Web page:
With a career stretching across more than five decades, Olivia Newton-John is still "the one that we want."
When I first saw The Celluloid Closet in the late '90s, I was blown away. It was a perfect documentary from start to finish, directed by a team of Gay directors, Jeffrey Friedman and Rob Epstein. I so much wanted to
Renee (Tommie-Amber Pirie) and Valerie (Sarah Allen) set out on a road trip to a secluded cabin in the woods for a shindig with a couple of friends about to tie the knot. The two have been dating for some time, and they're at that point in their relations
Even though it carries an R rating, The Djinn would be a pretty decent "gateway horror" flick for older kids who enjoy reading the works of Alvin Schwartz or R.L. Stine. Set in 1989, the film follows Dylan Jacobs (Ezra Dewey), a mute 12-year-old who has j
As a film lover of a Transgender experience, it was hard not to enjoy the diverse offerings and events this year at Translations: Seattle Transgender Film Festival, produced by Three Dollar Bill Cinema, the geniuses behind the annual Seattle Queer Film Fe
Like a combination of a grimy 1990s police procedural and the long-running series of horror films from which it is spun off that helped bring the term "torture porn" into the cinematic lexicon, Spiral: From the Book of Saw is a mixed bag of gruesomely blo
Guy Ritchie's Wrath of Man has a lot going for it. The film reteams the director with star Jason Statham for the first time in 15 years, and the actor responds by giving his best, most broodingly intense performance in ages. It offers up punchy, well-chor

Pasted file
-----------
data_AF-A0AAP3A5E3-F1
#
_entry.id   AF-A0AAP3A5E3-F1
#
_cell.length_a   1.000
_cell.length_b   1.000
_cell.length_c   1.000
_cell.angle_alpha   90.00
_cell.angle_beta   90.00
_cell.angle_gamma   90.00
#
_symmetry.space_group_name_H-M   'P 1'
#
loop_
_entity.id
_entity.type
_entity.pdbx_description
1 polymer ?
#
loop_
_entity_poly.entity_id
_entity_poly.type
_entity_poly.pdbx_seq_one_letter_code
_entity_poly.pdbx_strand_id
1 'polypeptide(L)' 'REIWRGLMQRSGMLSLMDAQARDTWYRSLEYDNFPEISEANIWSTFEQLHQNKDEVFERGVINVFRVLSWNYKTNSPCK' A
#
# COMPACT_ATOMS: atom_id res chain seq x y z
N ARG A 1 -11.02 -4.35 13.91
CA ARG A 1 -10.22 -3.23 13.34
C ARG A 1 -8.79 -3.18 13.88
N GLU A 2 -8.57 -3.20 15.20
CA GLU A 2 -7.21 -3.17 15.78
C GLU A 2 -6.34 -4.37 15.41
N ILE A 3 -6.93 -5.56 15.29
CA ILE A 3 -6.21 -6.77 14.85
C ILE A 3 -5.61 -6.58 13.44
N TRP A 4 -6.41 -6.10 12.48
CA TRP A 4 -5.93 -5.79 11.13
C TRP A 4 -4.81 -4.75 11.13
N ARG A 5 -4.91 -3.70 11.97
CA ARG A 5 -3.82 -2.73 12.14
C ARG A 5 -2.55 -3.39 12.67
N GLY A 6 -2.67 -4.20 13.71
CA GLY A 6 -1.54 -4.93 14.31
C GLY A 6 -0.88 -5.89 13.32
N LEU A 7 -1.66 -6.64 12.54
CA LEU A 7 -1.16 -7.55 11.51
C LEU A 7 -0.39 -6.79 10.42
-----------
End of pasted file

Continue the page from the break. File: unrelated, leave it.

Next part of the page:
Amazon Prime Video After his wife and unborn child are murdered and he is critically injured in an assassination attempt, decorated Navy SEAL Sr. Chief John Kelly (Michael B. Jordan) is determined to find out who wanted him dead and why. After completing
There is a moment in the new Mortal Kombat where I wished I could have watched the film in a sold-out auditorium on opening night. There's this beat that happens right before the titanic confrontation everyone has been waiting for. An iconic catchphrase i
Limbo sticks with you long after the screen fades to black. For my part, I knew I enjoyed the sophomore feature-length outing by writer-director Ben Sharrock (Pikadero); I just didn't realize how much until a couple of days later. I couldn't get facets of
Ben Sharrock's Limbo is a work of ethereal beauty. Funny, charming, moving, tragic, and emotionally pure, this marvelous gem of an immigration drama is as irresistible as it is unforgettable.
Can a 30-second scene right at the tail end of a motion picture derail what had been up to that point 90 minutes of solidly creepy, emotionally authentic, old-school haunted house fun? Christopher Smith's suitably atmospheric supernatural suspense yarn Th